Canadian artist Vanden Dool enjoys creating synth-pop music and has had the opportunity to travel across provinces to share his art with the world.
Vanden Dool has performed alongside artists such as ACTORS, Chersea, and Too Soon Monsoon over the past few years. He is ready to share a song off his new EP 'The View from Here.'
"Small-Town City" has a classic '80s atmosphere with a modern twist. Starting with a perfect instrumental introduction combined with his layered vocals give the song a dreamy and uplifting feel. Vanden Dool's voice has a lot of character, taking inspiration from '70s and '80s electronic bands. It flows through the lyrics but also has a bit of grit to it. Backing the vocals is an upbeat blend of synth beats and melodies, with the same whimsical idea carried throughout the song.
Vanden Dool has a way with storytelling, singing about the perks, and the fallouts of growing up in a small town. You know, the experiences you can sympathize with if you grew up in a town where everyone knows you by name. In "Small-Town City," there is something for everyone, and from its spirited melody to its comforting lyrics, Vanden Dool has a timeless sound.
We loved “Small-Town City” and its classic sound, how did you go about writing this one? What came first, lyrics or melody?
With most of the songs I write, the very first thing to be fleshed out is chord progressions. From there I'll write lyrics that fit the timing of it, and if I don't already have a melodic line in mind for them I'll often come up with one as I begin to do vocal takes, which is probably why a lot of my vocal lines end up being quite monotone. "Small-Town City" came about with pretty much this same process except that, as with most songs on the EP, the very first thing to appear in my head was the title. What were some of your favorite artists growing up? Would you say your music models after your old favorites?
I grew up in a slightly conservative Christian household, so most of the music I listened to in my formative years was Christian rock and contemporary. My go-tos until mid-high school were artists like Skillet, Red, the Newsboys and Michael W. Smith, none of whom I listen to today. I did get exposed to a bit of secular music as well (mostly through my dad), but hardly anything I listened to was purely electronic and none of it was new wave unless you count Michael Jackson. What did stick with me from those years, though, was the fact that I enjoyed little electronic embellishments in the production and gravitated toward music that was either emotionally driven or considerably dark (for those not familiar, there was a surprising number of dark-sounding Christian artists in the late 2000s, Red being one of them). Those stuck with me as my listening habits changed after high school, and ended up translating into appreciating electronic genres for being so effective at accomplishing all of these things. For some reason synthpop just happens to do it best for me. You mentioned you are a graduate of music, what specifically did you study and where? How has your music education enhanced your career as a musician?
I studied at the University of Lethbridge in the Digital Audio Arts program, which focuses on production and engineering along with the standard music theory and history classes. I basically owe all I know about music production to my studies, as I went in not having any experience with a workstation that wasn't Audacity and little to no knowledge of how to use their features in the first place. On top of that, the theory and composition classes I took helped me have a better understanding of how to arrange parts, as did recording projects where I emulated certain artists and had to analyze how they arranged parts. I didn't initially know any producers to show me the ropes as is usually the case with popular music makers, so the academic approach was the best idea for me at the time. Like many other artists, you enjoy traveling the country and performing live music. How has it been adjusting to the current state of the country and the limited travel opportunities?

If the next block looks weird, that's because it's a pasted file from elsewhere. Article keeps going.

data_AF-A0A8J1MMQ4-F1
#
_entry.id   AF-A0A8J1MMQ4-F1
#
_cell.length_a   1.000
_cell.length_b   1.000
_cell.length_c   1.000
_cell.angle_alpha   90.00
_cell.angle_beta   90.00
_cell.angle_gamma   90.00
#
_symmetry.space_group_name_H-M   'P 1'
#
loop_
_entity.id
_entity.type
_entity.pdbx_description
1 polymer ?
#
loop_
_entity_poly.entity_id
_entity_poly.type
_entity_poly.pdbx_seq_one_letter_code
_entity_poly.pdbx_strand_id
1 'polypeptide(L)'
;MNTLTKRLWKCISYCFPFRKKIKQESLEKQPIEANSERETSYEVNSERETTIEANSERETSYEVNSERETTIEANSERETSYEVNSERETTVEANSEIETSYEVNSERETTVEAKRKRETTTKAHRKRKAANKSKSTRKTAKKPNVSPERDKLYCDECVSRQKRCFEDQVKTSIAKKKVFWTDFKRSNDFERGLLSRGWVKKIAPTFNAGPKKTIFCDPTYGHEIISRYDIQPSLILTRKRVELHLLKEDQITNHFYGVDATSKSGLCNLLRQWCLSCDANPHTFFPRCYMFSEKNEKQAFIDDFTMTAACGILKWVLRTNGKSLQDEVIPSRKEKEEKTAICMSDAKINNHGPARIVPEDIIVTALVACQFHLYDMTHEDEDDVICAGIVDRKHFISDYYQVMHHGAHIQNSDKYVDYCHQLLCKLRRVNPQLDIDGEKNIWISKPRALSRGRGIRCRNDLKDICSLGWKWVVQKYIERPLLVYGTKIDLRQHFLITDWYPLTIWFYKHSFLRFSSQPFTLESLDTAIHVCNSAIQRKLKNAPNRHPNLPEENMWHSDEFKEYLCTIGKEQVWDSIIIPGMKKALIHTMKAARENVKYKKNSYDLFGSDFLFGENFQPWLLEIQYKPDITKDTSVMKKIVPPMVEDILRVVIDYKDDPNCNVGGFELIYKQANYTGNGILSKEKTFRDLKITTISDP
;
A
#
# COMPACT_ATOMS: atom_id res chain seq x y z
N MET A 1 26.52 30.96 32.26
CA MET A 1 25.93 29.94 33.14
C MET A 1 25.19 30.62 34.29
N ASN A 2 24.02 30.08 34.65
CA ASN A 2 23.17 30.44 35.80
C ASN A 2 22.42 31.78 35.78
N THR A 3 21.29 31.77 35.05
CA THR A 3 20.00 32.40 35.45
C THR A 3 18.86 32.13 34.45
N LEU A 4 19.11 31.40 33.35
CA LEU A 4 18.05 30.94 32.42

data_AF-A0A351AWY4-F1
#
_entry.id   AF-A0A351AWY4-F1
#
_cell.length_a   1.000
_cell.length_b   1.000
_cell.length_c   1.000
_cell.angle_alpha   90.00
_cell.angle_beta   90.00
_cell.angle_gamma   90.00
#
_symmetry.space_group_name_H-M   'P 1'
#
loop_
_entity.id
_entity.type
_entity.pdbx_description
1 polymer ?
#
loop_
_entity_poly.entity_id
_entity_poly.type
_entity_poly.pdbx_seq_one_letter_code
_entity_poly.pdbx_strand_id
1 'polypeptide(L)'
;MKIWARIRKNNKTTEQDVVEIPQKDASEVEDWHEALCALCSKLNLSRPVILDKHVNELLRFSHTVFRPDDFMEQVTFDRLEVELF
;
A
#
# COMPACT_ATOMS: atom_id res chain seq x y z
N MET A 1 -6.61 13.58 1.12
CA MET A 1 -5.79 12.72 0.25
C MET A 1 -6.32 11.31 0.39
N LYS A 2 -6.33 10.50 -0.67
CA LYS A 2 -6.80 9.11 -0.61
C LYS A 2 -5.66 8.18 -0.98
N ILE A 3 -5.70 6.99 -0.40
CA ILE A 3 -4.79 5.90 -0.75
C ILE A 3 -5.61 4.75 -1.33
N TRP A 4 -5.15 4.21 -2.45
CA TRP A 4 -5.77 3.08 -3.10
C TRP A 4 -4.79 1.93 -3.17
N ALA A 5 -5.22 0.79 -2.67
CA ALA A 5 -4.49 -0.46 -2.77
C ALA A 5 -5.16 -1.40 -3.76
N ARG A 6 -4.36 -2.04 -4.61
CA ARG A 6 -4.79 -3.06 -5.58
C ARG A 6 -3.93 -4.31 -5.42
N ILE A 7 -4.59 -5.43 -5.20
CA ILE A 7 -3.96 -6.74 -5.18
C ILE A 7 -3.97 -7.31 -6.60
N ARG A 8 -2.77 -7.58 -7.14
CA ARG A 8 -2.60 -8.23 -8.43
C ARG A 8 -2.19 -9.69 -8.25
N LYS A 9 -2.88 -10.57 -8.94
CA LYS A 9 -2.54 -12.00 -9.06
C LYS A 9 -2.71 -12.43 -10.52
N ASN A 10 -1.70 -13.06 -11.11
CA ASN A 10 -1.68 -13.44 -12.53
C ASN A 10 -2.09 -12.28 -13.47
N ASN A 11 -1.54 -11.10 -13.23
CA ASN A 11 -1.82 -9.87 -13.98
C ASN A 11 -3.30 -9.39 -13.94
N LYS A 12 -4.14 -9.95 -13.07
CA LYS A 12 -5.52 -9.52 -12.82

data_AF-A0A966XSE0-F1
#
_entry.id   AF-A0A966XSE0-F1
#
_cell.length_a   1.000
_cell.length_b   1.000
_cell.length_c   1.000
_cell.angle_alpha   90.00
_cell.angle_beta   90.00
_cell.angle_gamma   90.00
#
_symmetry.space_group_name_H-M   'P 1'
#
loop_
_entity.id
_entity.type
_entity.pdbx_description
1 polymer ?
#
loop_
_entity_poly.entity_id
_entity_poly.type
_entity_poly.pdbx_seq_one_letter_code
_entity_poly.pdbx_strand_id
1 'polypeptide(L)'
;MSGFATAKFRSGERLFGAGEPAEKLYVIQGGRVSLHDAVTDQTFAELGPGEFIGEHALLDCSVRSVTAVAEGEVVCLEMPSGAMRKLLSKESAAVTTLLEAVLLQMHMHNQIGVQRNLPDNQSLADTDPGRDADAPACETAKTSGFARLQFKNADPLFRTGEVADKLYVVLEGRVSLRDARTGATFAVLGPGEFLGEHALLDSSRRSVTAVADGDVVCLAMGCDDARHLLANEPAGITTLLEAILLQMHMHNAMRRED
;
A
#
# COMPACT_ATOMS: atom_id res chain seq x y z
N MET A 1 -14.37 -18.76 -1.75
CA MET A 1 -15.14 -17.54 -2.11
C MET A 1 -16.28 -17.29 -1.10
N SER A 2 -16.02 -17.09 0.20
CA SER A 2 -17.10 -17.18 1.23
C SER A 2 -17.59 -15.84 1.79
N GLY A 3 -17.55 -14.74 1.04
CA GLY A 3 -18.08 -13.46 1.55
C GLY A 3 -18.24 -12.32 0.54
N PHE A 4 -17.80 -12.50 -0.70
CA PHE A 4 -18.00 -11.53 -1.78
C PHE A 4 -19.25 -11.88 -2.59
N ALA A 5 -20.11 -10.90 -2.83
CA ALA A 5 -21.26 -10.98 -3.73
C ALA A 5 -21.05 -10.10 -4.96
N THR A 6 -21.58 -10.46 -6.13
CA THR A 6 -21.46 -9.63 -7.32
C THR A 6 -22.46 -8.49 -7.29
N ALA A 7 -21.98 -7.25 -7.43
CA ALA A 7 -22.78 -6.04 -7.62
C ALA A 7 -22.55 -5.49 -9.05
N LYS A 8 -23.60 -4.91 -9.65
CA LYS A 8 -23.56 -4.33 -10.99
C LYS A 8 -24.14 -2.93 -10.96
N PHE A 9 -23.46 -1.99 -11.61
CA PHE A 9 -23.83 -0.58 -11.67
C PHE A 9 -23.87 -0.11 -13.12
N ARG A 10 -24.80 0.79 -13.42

On the one hand, it's a relief to my bank account, because as an unknown there's no money in touring at all and is just a way to get my name out there. Instead, I've been investing more into the marketing side, which still builds up but nowhere near the level that touring costs do. On the other hand, one of the things I liked about touring was that it was an excuse to take a road trip to places you'd never been to or haven't visited in a long time, so what I really miss is the adventure of it all. This year also would have been a chance for me to see if anything stuck from touring in 2019, and this time with a release I felt a little happier with. What are you doing to stay inspired and creative throughout these tough times? Thank you for talking with us, we can't wait to hear what's next from you!
I've spent a lot more time streaming artists' albums and EPs now that I've limited my shopping and don't buy CDs or vinyl anymore. I have a lot more time to do that now that the only shows I go to are the rare outdoor ones, so it gives me the opportunity to expose myself to more of what's out there. I was producing instrumentals and remixes during full lockdown (which you can find on the Isolation EPs on my Bandcamp page until pandemic season is over), and if we go back into lockdown because of the sudden jump in cases going on recently I'll go back to doing more of those. I also plan on making another one of my annual witch house EPs for the Halloween season, which will be available between October 13 and November 1 on Bandcamp. I might start work on a standalone single release for next fall once I've tired myself out promoting the EP, so there's more from me on the horizon for once things are safe again.